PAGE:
What, what, what shall I do with the naughty little fellow?
It will of course, depend how his faculties develop.
He promises well though, – for his head is all above the ears, – all top-story, and he shows a kind of intelligence that...
I cannot understand the italicized sentence.
Ich bin ein japanischer Deutschlehrer, der ich viel Interesse an Lafcadio Hearn habe. Aber mein Englisch ist sehr schkecht. So bitte ich Sie um Erklaerung des kursiv gedruckten Satzes. Im Voraus danke ich Ihnen herzlich.
Takayuki OSAWA

Chita: A Memoir of Last Island
4/9/03 - I wanted you to know of a new biography from our press, CHITA: A MEMORY OF LAST ISLAND. You can read more about the book here. And here's the press release:

By Lafcadio Hearn, Edited by Delia LaBarre
Introduction by Jefferson Humphries
University Press of Mississippi
$20.00, hardback, ISBN 1-57806-558-5

Lafcadio Hearn’s 1889 novel bears present-day
connections to Louisiana’s vanishing coastline

Delia LaBarre, editor of Lafcadio Hearn’s novel CHITA: A MEMORY OF LAST ISLAND (University Press of Mississippi), says the re-issued book has an urgent connection with today’s Louisiana.
On 10 August 1856, the Gulf of Mexico reared up and hurled itself over Last Island, near New Orleans. The storm essentially split the island in half and swept much of it away, including its inhabitants, wealthy vacationers, and its resort hotel. There were few survivors.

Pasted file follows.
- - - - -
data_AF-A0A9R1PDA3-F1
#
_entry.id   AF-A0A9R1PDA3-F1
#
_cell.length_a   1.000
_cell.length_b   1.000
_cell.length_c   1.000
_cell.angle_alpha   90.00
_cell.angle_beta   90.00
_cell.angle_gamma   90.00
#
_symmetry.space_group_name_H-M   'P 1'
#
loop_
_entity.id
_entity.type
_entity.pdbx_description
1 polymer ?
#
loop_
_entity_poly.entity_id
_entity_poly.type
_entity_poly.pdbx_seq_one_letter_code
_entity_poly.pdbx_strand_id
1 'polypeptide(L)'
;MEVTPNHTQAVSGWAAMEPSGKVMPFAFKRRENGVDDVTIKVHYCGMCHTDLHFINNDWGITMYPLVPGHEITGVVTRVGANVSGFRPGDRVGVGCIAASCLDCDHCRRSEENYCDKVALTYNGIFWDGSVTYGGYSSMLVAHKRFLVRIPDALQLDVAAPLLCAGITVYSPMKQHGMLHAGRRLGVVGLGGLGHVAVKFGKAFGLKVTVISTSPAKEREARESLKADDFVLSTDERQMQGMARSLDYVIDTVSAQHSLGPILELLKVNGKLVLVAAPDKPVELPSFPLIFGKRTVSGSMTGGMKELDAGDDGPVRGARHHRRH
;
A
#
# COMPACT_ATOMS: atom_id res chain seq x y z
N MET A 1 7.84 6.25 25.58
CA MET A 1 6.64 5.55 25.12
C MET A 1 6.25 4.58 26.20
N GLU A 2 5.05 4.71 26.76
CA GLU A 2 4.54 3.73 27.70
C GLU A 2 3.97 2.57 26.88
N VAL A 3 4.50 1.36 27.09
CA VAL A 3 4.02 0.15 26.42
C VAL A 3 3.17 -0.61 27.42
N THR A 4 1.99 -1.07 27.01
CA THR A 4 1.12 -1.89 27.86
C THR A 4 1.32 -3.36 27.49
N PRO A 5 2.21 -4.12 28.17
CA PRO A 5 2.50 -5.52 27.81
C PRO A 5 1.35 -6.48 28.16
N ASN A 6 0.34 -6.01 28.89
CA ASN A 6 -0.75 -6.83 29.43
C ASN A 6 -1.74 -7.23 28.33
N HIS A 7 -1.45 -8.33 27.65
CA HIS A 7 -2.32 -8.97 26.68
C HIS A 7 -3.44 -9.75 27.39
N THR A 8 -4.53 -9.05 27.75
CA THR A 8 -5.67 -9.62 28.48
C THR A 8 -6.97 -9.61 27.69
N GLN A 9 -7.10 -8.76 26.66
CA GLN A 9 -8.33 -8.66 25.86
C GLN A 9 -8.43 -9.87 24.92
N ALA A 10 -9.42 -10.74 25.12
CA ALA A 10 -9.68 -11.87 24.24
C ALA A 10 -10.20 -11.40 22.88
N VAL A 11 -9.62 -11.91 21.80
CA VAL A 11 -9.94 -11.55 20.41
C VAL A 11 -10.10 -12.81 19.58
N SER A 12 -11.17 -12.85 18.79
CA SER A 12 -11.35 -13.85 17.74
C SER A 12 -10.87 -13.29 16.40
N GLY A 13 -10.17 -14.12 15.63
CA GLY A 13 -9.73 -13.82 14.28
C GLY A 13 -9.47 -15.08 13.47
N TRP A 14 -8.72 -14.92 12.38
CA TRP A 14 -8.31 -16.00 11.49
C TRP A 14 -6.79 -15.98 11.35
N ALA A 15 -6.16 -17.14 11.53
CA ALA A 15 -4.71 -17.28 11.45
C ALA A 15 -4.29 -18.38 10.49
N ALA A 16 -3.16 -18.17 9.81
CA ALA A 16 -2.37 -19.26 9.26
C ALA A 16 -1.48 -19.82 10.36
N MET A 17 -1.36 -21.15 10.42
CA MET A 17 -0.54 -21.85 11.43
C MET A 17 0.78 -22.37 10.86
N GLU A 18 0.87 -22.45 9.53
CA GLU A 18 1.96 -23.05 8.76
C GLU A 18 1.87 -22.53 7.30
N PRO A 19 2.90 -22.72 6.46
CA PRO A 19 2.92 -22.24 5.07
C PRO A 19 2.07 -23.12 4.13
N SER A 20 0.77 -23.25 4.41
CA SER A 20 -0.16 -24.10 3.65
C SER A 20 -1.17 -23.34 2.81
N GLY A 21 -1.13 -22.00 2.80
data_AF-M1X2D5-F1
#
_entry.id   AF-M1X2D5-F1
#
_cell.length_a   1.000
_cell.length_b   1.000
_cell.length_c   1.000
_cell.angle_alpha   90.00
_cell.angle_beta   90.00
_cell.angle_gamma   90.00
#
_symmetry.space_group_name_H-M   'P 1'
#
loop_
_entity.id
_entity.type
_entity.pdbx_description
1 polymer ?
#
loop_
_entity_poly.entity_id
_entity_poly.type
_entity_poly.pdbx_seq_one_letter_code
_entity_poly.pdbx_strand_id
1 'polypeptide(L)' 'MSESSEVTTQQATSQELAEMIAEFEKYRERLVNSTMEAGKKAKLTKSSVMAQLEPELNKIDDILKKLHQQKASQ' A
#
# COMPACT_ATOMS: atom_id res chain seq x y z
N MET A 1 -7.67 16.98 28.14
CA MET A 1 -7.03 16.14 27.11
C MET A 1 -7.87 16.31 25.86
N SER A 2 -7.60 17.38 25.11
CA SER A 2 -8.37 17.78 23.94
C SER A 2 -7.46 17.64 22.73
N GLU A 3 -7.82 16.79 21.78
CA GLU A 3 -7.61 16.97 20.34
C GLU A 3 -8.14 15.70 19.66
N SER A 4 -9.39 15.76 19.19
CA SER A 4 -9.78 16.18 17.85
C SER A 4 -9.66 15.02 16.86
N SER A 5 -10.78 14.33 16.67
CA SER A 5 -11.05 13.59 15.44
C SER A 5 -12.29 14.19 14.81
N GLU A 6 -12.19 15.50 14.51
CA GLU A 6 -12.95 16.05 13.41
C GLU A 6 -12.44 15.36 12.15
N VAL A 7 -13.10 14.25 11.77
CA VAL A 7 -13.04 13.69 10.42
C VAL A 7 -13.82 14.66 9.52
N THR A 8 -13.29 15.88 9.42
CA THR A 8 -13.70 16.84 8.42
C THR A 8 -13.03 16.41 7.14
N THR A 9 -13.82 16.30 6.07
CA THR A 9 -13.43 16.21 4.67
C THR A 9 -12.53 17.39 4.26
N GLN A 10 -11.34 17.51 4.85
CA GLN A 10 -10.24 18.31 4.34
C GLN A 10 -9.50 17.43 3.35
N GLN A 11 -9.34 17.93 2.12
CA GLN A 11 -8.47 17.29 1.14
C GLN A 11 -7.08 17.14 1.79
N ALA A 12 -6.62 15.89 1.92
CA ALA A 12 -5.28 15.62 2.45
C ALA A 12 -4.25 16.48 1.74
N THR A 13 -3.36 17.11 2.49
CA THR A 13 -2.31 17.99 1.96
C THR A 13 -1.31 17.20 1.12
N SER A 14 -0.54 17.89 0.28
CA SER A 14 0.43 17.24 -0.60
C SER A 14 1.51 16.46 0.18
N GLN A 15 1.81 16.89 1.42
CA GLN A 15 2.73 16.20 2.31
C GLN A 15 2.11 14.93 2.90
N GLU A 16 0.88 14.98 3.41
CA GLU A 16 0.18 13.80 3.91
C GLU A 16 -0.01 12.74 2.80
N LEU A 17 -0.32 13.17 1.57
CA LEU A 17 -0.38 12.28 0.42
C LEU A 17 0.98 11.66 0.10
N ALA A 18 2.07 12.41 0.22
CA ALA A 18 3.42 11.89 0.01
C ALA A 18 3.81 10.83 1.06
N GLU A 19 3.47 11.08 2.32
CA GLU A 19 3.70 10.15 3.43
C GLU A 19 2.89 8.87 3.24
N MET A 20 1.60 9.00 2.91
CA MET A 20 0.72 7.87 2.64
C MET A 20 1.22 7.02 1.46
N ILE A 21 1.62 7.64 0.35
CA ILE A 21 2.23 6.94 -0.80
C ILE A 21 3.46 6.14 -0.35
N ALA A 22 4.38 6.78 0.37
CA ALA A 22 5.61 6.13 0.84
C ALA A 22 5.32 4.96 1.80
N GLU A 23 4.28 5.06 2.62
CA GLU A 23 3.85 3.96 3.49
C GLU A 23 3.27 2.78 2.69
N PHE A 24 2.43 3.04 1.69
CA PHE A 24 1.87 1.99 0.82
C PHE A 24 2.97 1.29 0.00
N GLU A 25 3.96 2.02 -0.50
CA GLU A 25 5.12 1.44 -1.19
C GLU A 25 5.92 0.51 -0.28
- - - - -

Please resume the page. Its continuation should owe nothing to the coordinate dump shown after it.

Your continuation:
Lafcadio Hearn used these basic historical facts to create Chita.
This new edition is issued at a time when Louisiana, and other states that border the Gulf of Mexico, are increasingly aware of the disappearance of our barrier islands and coastal marshlands, LaBarre writes. Descriptions of these losses we face today but that were written in the late1880s by Lafcadio Hearn during his months on Grand Isle may be surprising to readers unfamiliar with Hearn'sworks.
Originally published in 1889, this long out-of-print novella is a minor masterpiece that is by turns mysterious, mesmerizing, and tragic. In the aftermath of the storm, a Spanish fisherman wades into the Gulf to pick through debris. Among the bodies, he finds one that is yet alive, a small Creole girl. She remembers only her first name, Conchita. Her parents are presumed to have died in the storm. Raised by the fisherman’s family, Chita grows into a strong, independent young woman. Her story is counterpointed by that of her lost father, a doctor who thinks that Chita is dead and, as a result, devotes himself to helping others in need. When he comes to Last Island to aid a man with heart disease, he encounters Chita. The consequences are devastating.